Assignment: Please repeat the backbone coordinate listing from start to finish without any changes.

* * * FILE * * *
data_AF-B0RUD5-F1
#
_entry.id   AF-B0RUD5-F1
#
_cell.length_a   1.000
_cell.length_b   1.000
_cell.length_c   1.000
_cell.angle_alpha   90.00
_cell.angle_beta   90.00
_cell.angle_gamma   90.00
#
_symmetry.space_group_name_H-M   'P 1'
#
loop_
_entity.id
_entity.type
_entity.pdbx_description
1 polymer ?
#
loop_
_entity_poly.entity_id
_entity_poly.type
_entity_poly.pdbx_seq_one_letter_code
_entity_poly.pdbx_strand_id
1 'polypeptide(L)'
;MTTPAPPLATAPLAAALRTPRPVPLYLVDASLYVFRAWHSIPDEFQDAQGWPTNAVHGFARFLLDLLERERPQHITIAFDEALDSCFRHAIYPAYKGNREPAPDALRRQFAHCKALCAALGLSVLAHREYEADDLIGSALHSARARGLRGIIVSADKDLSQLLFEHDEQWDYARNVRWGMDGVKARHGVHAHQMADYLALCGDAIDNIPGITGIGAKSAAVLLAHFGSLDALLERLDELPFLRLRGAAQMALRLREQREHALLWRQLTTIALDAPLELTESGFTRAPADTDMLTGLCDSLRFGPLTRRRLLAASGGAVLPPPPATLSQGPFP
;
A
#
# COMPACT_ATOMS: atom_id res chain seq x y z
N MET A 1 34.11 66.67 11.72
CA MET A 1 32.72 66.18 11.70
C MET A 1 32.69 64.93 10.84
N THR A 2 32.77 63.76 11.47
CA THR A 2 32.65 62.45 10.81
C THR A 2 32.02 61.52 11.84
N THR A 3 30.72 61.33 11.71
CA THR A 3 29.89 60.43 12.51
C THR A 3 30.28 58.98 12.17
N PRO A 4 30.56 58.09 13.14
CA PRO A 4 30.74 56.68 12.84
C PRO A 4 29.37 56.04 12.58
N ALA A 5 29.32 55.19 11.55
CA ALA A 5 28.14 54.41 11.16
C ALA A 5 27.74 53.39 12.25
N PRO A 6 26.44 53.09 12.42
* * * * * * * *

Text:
data_AF-B0RUD5-F1
#
_entry.id   AF-B0RUD5-F1
#
_cell.length_a   1.000
_cell.length_b   1.000
_cell.length_c   1.000
_cell.angle_alpha   90.00
_cell.angle_beta   90.00
_cell.angle_gamma   90.00
#
_symmetry.space_group_name_H-M   'P 1'
#
loop_
_entity.id
_entity.type
_entity.pdbx_description
1 polymer ?
#
loop_
_entity_poly.entity_id
_entity_poly.type
_entity_poly.pdbx_seq_one_letter_code
_entity_poly.pdbx_strand_id
1 'polypeptide(L)'
;MTTPAPPLATAPLAAALRTPRPVPLYLVDASLYVFRAWHSIPDEFQDAQGWPTNAVHGFARFLLDLLERERPQHITIAFDEALDSCFRHAIYPAYKGNREPAPDALRRQFAHCKALCAALGLSVLAHREYEADDLIGSALHSARARGLRGIIVSADKDLSQLLFEHDEQWDYARNVRWGMDGVKARHGVHAHQMADYLALCGDAIDNIPGITGIGAKSAAVLLAHFGSLDALLERLDELPFLRLRGAAQMALRLREQREHALLWRQLTTIALDAPLELTESGFTRAPADTDMLTGLCDSLRFGPLTRRRLLAASGGAVLPPPPATLSQGPFP
;
A
#
# COMPACT_ATOMS: atom_id res chain seq x y z
N MET A 1 34.11 66.67 11.72
CA MET A 1 32.72 66.18 11.70
C MET A 1 32.69 64.93 10.84
N THR A 2 32.77 63.76 11.47
CA THR A 2 32.65 62.45 10.81
C THR A 2 32.02 61.52 11.84
N THR A 3 30.72 61.33 11.71
CA THR A 3 29.89 60.43 12.51
C THR A 3 30.28 58.98 12.17
N PRO A 4 30.56 58.09 13.14
CA PRO A 4 30.74 56.68 12.84
C PRO A 4 29.37 56.04 12.58
N ALA A 5 29.32 55.19 11.55
CA ALA A 5 28.14 54.41 11.16
C ALA A 5 27.74 53.39 12.25
N PRO A 6 26.44 53.09 12.42